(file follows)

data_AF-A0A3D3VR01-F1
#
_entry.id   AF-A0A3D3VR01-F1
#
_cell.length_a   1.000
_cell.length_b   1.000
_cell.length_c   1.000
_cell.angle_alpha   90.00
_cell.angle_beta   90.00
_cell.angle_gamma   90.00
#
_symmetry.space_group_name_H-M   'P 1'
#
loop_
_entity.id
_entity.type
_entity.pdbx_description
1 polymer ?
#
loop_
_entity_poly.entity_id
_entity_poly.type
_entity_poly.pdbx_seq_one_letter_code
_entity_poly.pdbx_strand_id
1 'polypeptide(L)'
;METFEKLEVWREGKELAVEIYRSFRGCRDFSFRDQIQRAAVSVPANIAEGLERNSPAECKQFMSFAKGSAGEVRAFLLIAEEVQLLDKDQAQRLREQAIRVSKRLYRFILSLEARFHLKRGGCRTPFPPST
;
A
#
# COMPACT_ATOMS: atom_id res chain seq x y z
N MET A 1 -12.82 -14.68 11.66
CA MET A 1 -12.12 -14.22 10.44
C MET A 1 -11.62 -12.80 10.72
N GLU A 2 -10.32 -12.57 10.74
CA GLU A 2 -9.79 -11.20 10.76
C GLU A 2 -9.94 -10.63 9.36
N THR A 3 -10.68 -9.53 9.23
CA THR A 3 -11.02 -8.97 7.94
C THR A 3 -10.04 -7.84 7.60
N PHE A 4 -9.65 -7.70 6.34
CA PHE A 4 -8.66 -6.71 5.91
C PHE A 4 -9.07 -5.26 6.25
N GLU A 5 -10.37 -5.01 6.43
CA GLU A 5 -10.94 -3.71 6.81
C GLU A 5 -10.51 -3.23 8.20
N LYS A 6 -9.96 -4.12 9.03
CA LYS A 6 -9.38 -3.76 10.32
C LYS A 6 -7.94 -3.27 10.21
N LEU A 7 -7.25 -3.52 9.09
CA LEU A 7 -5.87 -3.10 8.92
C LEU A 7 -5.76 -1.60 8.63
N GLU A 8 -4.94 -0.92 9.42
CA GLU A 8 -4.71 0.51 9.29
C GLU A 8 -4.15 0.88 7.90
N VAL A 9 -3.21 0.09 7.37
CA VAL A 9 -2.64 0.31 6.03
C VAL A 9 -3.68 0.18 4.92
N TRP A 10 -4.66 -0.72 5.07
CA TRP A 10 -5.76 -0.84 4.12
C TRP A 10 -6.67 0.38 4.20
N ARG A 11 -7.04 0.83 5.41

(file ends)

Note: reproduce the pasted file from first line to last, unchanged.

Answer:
data_AF-A0A3D3VR01-F1
#
_entry.id   AF-A0A3D3VR01-F1
#
_cell.length_a   1.000
_cell.length_b   1.000
_cell.length_c   1.000
_cell.angle_alpha   90.00
_cell.angle_beta   90.00
_cell.angle_gamma   90.00
#
_symmetry.space_group_name_H-M   'P 1'
#
loop_
_entity.id
_entity.type
_entity.pdbx_description
1 polymer ?
#
loop_
_entity_poly.entity_id
_entity_poly.type
_entity_poly.pdbx_seq_one_letter_code
_entity_poly.pdbx_strand_id
1 'polypeptide(L)'
;METFEKLEVWREGKELAVEIYRSFRGCRDFSFRDQIQRAAVSVPANIAEGLERNSPAECKQFMSFAKGSAGEVRAFLLIAEEVQLLDKDQAQRLREQAIRVSKRLYRFILSLEARFHLKRGGCRTPFPPST
;
A
#
# COMPACT_ATOMS: atom_id res chain seq x y z
N MET A 1 -12.82 -14.68 11.66
CA MET A 1 -12.12 -14.22 10.44
C MET A 1 -11.62 -12.80 10.72
N GLU A 2 -10.32 -12.57 10.74
CA GLU A 2 -9.79 -11.20 10.76
C GLU A 2 -9.94 -10.63 9.36
N THR A 3 -10.68 -9.53 9.23
CA THR A 3 -11.02 -8.97 7.94
C THR A 3 -10.04 -7.84 7.60
N PHE A 4 -9.65 -7.70 6.34
CA PHE A 4 -8.66 -6.71 5.91
C PHE A 4 -9.07 -5.26 6.25
N GLU A 5 -10.37 -5.01 6.43
CA GLU A 5 -10.94 -3.71 6.81
C GLU A 5 -10.51 -3.23 8.20
N LYS A 6 -9.96 -4.12 9.03
CA LYS A 6 -9.38 -3.76 10.32
C LYS A 6 -7.94 -3.27 10.21
N LEU A 7 -7.25 -3.52 9.09
CA LEU A 7 -5.87 -3.10 8.92
C LEU A 7 -5.76 -1.60 8.63
N GLU A 8 -4.94 -0.92 9.42
CA GLU A 8 -4.71 0.51 9.29
C GLU A 8 -4.15 0.88 7.90
N VAL A 9 -3.21 0.09 7.37
CA VAL A 9 -2.64 0.31 6.03
C VAL A 9 -3.68 0.18 4.92
N TRP A 10 -4.66 -0.72 5.07
CA TRP A 10 -5.76 -0.84 4.12
C TRP A 10 -6.67 0.38 4.20
N ARG A 11 -7.04 0.83 5.41